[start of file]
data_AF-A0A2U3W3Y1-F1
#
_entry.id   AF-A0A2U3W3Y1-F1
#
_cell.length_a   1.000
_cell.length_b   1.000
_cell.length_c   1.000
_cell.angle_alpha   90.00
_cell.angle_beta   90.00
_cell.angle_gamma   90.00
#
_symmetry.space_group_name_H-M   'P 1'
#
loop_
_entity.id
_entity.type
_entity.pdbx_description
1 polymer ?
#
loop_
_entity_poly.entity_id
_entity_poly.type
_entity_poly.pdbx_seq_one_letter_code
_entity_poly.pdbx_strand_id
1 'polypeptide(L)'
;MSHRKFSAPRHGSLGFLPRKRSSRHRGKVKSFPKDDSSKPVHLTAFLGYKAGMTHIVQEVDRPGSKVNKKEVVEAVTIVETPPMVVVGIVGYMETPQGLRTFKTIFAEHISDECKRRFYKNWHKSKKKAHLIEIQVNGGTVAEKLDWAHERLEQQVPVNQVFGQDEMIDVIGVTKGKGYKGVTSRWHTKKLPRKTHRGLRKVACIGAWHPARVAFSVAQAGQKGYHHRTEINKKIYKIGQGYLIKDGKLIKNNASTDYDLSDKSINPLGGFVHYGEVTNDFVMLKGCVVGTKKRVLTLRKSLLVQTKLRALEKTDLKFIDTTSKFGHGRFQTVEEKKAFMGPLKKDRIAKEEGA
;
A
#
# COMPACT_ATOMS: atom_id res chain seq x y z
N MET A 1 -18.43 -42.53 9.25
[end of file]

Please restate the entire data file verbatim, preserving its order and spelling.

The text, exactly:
data_AF-A0A2U3W3Y1-F1
#
_entry.id   AF-A0A2U3W3Y1-F1
#
_cell.length_a   1.000
_cell.length_b   1.000
_cell.length_c   1.000
_cell.angle_alpha   90.00
_cell.angle_beta   90.00
_cell.angle_gamma   90.00
#
_symmetry.space_group_name_H-M   'P 1'
#
loop_
_entity.id
_entity.type
_entity.pdbx_description
1 polymer ?
#
loop_
_entity_poly.entity_id
_entity_poly.type
_entity_poly.pdbx_seq_one_letter_code
_entity_poly.pdbx_strand_id
1 'polypeptide(L)'
;MSHRKFSAPRHGSLGFLPRKRSSRHRGKVKSFPKDDSSKPVHLTAFLGYKAGMTHIVQEVDRPGSKVNKKEVVEAVTIVETPPMVVVGIVGYMETPQGLRTFKTIFAEHISDECKRRFYKNWHKSKKKAHLIEIQVNGGTVAEKLDWAHERLEQQVPVNQVFGQDEMIDVIGVTKGKGYKGVTSRWHTKKLPRKTHRGLRKVACIGAWHPARVAFSVAQAGQKGYHHRTEINKKIYKIGQGYLIKDGKLIKNNASTDYDLSDKSINPLGGFVHYGEVTNDFVMLKGCVVGTKKRVLTLRKSLLVQTKLRALEKTDLKFIDTTSKFGHGRFQTVEEKKAFMGPLKKDRIAKEEGA
;
A
#
# COMPACT_ATOMS: atom_id res chain seq x y z
N MET A 1 -18.43 -42.53 9.25